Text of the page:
Sheffield's steel art and heavy metal fans
Retro's look back at the imminent demise of the once luxury Grosvenor House Hotel in Sheffield city centre prompted some interesting memories.
Jessie Dawson, also known as Babs or Barbara, wanted to know what happened to the impressive-sounding Living Steel sculpture that once stood in the hotel foyer.
It was described as nine feet high and weighing just under a hundredweight but the story goes it could still sway in time with the breeze from the air conditioning.
Her late husband Malcolm Dawson made the sculpture to the specifications of artist Geoffrey Wax, who remains a well-known painter.
Jessie remembers that Geoffrey Wax was a director of Spartan Steels, where Malcolm worked.
She said that he also bought into the business Bramall and Wax on Herries Road, where a smaller version of the sculpture can be seen on a wall.
“Malcolm got a canteen of cutlery for making it,” said Jessie.
Jessie also has fond memories of Firth Park Working Men’s Club, mentioned last week. She said: “My husband ran the fishing section and my brother-in-law played the drums there on Sunday lunchtimes.”
Rock fan Carol Ann Castleton got in touch about the Wapentake rock bar that was once based on Wellington Street and was part of the hotel building.
Carol Ann remembered: “If it was 9.30pm Friday, Saturday or Sunday we could be found in the queue outside The Wap, as it was known.
“We would be impatient to get in to listen to the music but also because it closed at 11pm!
“This was the pub all of us lovers of rock music moved to when The Buccaneer closed and included the famous landlady Olga Marshall and DJ George Webster.
“Even on a weeknight the place would be full. I don’t think you could go in many pubs where everyone was quiet as they were listening to a track by Monty Python but it happened even on the busiest nights!
“Many a time I would hear a song and go out and buy the album the next day – it was my musical education.
“Most nights ended with Stairway to Heaven from Led Zeppelin. The perfect end to a perfect night!”
As The Star reported in 2012, Olga Marshall, a virtual teetotal mother of four, was an unlikely figurehead of Sheffield’s heavy metal movement.
She ended up running two of the city’s most enduring rock bars for nearly three decades and had a reputation for not taking any nonsense, even facing down Hell’s Angels.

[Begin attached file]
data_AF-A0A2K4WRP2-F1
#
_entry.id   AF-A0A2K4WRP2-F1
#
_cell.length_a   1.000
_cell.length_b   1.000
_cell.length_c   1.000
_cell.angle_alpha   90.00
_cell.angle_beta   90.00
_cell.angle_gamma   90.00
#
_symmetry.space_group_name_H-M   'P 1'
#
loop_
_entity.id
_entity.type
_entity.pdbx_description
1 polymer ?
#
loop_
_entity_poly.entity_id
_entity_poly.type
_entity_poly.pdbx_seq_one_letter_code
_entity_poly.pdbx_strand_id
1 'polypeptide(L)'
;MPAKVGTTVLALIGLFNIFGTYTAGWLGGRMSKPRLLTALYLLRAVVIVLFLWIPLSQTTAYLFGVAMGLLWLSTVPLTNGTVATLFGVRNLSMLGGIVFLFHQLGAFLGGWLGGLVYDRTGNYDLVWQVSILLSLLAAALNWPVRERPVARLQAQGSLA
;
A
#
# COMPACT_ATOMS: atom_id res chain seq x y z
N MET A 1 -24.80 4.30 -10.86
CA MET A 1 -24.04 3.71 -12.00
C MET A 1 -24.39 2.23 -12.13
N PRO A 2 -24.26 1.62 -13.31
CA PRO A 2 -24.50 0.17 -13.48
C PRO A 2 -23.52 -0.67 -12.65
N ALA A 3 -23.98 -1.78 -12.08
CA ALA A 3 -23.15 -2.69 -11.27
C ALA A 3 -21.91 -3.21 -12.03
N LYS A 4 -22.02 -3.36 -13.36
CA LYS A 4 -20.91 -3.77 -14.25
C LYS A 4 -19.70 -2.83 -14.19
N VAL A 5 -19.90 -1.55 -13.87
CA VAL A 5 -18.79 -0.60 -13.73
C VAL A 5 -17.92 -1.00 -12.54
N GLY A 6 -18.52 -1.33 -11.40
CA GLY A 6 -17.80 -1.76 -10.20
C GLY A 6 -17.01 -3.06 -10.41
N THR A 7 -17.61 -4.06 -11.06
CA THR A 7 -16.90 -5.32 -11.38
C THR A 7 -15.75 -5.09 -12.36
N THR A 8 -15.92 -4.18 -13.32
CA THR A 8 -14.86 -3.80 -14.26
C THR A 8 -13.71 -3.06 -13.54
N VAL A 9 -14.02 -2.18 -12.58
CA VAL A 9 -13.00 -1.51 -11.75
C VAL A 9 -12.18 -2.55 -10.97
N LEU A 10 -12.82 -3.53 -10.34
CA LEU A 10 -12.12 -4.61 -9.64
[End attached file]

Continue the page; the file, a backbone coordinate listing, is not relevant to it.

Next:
Olga retired as landlady of the legendary Wapentake Bar in 1996. One of the last gigs at the bar before she retired was one of biggest rock bands in the world, the city’s own Def Leppard.
The band played some of their earliest gigs in her bar and returned to perform for Olga in 1995 in front of a VIP audience.
Olga started as a barmaid in 1964 at the Buccaneer on Leopold Street, which was part of the Grand Hotel building.
Seems to have been a pattern at one time for city centre rock bars to be part of hotel complexes.
Olga told The Star four years ago: “We’d only got a jukebox, so I spoke to the management about getting a DJ in.
“I tracked down George Webster, who was playing at the Cannon Hall social club at Page Hall.
“The Buccaneer took more on our first night with George than it did on its average weekend.”
She became landlady of the Wapentake in 1973. Apparently in its early days the Wap tried to cater for pensioners who came in for lunch as well as the night-time rockers.
Eventually rock won and the Wap went on to become one of the most legendary heavy metal venues in the country.
When it closed it became the Casbah, also now gone.
Lastly, Rosemary Morton confessed on The Star’s Facebook page: “Oops, I remember sneaking into the Grosvenor House Hotel as a drunk teenager and swapping all the shoes left outside the rooms to be cleaned and putting them at opposite doors.”